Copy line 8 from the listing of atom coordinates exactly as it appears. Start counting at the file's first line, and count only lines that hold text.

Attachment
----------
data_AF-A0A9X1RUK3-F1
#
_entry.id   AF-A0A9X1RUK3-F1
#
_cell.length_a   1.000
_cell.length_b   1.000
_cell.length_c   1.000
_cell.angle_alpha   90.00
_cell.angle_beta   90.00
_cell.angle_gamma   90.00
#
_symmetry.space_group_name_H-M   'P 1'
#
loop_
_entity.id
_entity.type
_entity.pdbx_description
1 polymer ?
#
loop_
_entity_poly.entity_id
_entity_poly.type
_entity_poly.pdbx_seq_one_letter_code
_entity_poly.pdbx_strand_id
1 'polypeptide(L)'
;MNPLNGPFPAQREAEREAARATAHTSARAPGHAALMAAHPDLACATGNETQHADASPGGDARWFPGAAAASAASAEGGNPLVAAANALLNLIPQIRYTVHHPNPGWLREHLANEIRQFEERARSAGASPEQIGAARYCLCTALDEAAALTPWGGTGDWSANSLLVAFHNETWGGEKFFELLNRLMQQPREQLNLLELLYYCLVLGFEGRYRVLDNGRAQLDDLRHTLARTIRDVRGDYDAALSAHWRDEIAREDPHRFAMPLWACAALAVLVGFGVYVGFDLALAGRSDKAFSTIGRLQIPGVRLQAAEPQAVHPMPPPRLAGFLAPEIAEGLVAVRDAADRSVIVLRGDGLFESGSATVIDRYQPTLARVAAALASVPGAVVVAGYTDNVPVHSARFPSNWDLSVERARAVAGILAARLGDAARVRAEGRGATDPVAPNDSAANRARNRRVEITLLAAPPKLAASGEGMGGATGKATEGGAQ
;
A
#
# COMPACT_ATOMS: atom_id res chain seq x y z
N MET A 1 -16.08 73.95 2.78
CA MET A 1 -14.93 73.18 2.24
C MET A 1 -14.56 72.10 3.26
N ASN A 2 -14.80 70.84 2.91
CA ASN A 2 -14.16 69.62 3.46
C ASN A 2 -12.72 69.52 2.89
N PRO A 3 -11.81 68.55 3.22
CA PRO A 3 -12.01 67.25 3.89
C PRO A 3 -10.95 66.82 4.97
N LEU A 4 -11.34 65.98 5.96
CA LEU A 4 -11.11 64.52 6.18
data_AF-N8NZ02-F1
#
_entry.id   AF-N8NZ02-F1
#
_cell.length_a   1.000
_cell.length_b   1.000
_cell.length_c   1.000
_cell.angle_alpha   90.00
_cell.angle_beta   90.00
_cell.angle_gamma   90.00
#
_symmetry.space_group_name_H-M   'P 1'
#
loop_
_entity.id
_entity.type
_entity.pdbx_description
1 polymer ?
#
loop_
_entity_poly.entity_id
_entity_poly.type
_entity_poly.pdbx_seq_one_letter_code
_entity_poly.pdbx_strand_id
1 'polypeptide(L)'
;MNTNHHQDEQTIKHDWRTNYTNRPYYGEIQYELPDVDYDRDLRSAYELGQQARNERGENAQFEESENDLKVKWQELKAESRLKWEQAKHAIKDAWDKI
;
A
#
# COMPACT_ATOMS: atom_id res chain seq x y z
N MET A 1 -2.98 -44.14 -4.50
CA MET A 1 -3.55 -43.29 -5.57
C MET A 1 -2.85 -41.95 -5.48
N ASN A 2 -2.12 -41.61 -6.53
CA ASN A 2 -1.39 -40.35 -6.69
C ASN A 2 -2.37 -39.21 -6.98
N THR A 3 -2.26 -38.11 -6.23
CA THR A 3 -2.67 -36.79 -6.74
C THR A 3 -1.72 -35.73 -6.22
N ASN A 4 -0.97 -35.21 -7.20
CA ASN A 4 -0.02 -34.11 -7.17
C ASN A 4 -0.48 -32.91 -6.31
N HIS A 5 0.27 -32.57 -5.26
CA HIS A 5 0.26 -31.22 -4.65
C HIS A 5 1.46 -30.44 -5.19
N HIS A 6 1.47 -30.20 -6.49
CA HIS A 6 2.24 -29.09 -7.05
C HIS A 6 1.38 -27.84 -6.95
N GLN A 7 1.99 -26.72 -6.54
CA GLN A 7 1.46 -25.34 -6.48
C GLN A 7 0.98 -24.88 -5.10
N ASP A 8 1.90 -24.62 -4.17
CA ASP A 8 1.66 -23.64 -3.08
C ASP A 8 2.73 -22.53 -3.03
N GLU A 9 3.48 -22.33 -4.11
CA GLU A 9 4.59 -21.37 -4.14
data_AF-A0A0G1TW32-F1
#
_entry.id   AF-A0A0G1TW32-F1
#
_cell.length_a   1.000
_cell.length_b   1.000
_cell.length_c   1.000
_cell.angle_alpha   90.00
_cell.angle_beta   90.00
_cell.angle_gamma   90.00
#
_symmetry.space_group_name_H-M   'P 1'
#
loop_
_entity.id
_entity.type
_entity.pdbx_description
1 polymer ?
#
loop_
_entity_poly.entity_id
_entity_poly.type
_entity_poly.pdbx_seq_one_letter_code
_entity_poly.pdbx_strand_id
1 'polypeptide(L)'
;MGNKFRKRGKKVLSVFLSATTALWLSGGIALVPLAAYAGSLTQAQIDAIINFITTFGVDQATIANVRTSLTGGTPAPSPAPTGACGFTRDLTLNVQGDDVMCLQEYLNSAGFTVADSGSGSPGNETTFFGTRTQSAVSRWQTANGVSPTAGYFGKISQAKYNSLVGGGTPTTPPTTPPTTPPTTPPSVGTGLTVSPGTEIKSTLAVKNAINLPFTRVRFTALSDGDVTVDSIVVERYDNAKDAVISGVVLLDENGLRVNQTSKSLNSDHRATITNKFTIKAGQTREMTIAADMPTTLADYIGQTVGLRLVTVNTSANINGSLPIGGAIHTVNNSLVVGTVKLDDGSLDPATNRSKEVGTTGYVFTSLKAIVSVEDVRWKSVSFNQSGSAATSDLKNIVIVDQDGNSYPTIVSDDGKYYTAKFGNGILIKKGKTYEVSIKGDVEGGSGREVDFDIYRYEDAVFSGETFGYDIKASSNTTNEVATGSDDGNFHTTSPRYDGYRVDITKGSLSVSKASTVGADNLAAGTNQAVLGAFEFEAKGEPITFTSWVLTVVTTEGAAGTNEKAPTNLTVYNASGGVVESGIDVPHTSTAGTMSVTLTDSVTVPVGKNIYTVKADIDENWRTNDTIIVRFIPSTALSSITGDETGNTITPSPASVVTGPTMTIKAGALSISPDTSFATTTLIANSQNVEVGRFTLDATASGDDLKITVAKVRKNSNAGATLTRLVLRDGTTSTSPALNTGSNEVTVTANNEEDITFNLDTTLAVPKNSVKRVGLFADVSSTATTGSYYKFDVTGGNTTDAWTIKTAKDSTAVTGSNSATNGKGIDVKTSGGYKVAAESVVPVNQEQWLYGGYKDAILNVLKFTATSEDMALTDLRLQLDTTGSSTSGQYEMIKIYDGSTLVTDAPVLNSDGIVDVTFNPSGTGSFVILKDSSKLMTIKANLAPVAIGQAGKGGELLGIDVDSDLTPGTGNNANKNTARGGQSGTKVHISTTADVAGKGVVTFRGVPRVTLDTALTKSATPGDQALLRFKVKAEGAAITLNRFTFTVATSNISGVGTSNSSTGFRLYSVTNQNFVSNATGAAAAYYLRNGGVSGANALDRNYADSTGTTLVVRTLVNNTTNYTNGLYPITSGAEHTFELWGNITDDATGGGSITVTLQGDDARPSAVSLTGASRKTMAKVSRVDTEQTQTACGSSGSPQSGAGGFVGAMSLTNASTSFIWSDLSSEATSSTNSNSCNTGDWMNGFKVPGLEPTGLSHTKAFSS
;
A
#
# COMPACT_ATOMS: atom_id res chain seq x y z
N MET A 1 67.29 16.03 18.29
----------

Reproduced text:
_cell.angle_alpha   90.00